26 February 2018 by Kiera Greenwood
Between gleaming cities, glittering beaches and a truly stunning natural world, a variety of Australia’s icons are found in New South Wales. And, it’s all linked by some of the world’s most spectacular driving routes, bringing you out of Sydney’s urban sophistication, up into the dramatic Blue Mountains and across to the Hunter Valley winery indulgences. Then, hit the coast on roads that hug cragged cliffs to showcase giant views over dense rainforests and great stretches of white sands. In between, you’ll be entertained by unique wildlife, world-class gastronomy and that famous Aussie love of the great outdoors, best experienced on bush walks and afternoons spent surfing in the sun. But, with over 1,300 miles of coastline, there’s plenty to choose from. To help, we’ve picked out the state’s must-see destinations.
Blessed with one of the most recognisable waterfronts, you’ll know Australia’s largest city for the sweeping curves of its twin icons – the Sydney Opera House and Sydney Harbour Bridge. But, look beyond its poster child good looks and you’ll find plenty of substance. The cobblestone lanes of the historic district, The Rocks, feature heritage cottages and storied pubs, while the Victorian terraces of Paddington are given over to a chic café culture and boutique markets. However, this being Australia, there’s no escaping the sun, with Bondi’s white sands, coastal walks and famous surf among the highlights.
Sydney Harbour, New South Wales
The Blue Mountains
Moving out of Sydney, you’ll quickly find yourself winding up into the green-dappled peaks of the Blue Mountains. A World Heritage-listed Area, cascading waterfalls hide among eucalypt forests and sandstone cliffs look out over great swathes of bushland. Take it all in on meandering hiking trails that lead through Aboriginal tribal lands, to stunning cave formations. It’s all the picturesque frame to a delightful collection of lodge retreats.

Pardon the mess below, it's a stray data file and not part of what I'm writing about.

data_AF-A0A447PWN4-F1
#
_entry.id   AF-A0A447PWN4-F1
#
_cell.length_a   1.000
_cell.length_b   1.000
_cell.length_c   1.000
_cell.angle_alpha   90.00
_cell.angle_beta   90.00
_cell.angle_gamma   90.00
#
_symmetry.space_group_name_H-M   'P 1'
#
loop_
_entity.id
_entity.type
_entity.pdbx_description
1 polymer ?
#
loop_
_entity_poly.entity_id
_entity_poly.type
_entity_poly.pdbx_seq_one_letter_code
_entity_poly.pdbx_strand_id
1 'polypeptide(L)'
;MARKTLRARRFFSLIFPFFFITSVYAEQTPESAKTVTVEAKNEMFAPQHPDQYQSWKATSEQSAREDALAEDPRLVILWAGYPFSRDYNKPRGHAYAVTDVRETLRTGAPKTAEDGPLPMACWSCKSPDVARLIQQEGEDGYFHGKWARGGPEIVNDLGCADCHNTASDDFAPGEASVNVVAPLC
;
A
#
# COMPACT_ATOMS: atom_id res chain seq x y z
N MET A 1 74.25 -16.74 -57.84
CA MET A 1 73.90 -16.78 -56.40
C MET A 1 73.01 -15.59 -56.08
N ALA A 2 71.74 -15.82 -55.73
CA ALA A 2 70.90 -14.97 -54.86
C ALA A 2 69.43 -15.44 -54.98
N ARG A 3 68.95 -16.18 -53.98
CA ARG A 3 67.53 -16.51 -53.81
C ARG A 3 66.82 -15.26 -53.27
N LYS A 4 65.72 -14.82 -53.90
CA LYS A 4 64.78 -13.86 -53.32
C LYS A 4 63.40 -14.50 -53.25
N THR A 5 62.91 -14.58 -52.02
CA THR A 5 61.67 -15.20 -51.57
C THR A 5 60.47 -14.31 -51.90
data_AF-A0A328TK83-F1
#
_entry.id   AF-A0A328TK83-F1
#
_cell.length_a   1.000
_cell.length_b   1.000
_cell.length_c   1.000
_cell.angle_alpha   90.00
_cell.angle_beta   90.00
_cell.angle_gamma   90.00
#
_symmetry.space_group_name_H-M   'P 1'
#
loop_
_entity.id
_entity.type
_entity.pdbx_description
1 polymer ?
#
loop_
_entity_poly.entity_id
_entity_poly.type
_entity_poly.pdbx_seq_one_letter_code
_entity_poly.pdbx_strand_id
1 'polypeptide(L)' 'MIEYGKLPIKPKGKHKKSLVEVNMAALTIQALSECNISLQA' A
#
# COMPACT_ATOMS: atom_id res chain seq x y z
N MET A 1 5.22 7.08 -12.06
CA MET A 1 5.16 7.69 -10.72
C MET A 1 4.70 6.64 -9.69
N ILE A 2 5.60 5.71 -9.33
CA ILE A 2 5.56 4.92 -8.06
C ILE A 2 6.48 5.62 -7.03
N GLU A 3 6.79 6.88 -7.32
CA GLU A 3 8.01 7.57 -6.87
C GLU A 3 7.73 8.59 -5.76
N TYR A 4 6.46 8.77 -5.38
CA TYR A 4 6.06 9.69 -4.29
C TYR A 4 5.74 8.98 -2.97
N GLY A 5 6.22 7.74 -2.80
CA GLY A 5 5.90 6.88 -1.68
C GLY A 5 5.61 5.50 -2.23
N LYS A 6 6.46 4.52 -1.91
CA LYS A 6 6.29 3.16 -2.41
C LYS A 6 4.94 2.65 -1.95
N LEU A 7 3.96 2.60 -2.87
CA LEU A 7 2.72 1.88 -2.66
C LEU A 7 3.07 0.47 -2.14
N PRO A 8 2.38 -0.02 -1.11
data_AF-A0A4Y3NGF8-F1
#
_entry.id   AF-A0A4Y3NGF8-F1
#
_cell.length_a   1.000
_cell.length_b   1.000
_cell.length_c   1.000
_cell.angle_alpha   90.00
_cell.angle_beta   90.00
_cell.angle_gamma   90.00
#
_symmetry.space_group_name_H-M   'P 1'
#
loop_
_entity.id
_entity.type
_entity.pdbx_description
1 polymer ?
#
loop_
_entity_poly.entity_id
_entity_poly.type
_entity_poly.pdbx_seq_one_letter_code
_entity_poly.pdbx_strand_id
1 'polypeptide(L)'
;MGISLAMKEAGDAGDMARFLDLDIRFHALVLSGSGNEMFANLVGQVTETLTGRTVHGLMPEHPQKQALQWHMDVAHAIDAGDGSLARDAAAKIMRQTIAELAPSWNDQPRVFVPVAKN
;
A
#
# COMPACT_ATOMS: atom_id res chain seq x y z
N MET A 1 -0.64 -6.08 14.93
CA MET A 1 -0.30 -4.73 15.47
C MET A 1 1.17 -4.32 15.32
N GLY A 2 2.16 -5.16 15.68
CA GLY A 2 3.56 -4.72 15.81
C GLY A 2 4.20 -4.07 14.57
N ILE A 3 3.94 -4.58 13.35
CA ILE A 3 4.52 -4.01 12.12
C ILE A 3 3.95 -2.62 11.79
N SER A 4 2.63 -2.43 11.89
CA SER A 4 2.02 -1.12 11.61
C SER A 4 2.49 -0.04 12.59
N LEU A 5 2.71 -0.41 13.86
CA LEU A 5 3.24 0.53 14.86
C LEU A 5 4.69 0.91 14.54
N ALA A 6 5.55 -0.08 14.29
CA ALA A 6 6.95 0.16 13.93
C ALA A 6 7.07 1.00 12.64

Three Sisters, Blue Mountains, New South Wales
The Hunter Valley
After the Blue Mountains, the state’s scenery calms into endlessly undulating green curves terraced into pretty rows of vineyards. This is Australia’s oldest wine region – the Hunter Valley. Taste your way through its 150 wineries, sampling everything from bold reds to refreshing whites. The region is also undergoing something of a foodie renaissance, with farm-to-table restaurants showcasing the best in local produce. Don’t miss out on the artisan cheeses, hand-made chocolates and bakery delicacies.
Hunter Valley Vineyards, New South Wales
Turning back to the coast, you’ll arrive at the ‘Dolphin Capital of Australia’. Home to resident bottlenoses, Port Stephens is one of the world’s best places to spot these playful animals. Embark on a scenic cruise or, for something truly unique, there’s even the opportunity to swim with the pod. It’s all watched over by a collection of national parks, host to giant sand dunes and rainforest walks. And, for some relaxation, there’s over two-dozen beaches to choose from.
Dolphins at Port Stephens, New South Wales
Continuing north, you’ll be welcomed to Port Macquarie with that famous Aussie cheer. Fissured into a network of canals and river tributaries, it makes for pretty river cruises that bring you away from its gorgeous beaches to its lush hinterlands. Here you’ll find the superb Billabong Zoo along with the aww-inducing Koala Hospital where you can walk right among these adorable creatures.
Port Macquarie, New South Wales
Your next coastal stop should be Coffs Harbour for its watersports fun. There’s everything from surfing and paddle boarding to diving and kayaking to keep you occupied along with those now-familiar golden sands. However, it’s perhaps Coffs’ wildlife that excites the most, with walks and snorkel dips bringing you up close to kangaroos, wallabies, koalas, turtles and dolphins.
Coffs Harbour, New South Wales
End your northern journey along the Pacific Coast with gorgeous Byron Bay. However, it’s not the long stretches of sandy beaches, the yoga getaways or the chic bars that have made this a long-time favourite; it’s the barefoot joy of it all. Artists’ studios abound, spa getaways open right onto the beach and the sunsets are long and colourful. This is boho-chic at its finest.
Byron Bay, New South Wales
Jervis Bay & the South Coast
A drive south out of Sydney is equally rewarding, bringing you to deserted beaches and national park wildernesses. Head out past waterfalls and 20-metre-high blowholes to reach Jervis Bay where intertwining waterways make for excellent kayaking. Then, in between visits to historic gold-rush towns and fishing villages, watch the seasonal whale migration (May -November) before scuba diving with fur seals at Montague Island Nature Reserve.
Jervis Bay, New South Wales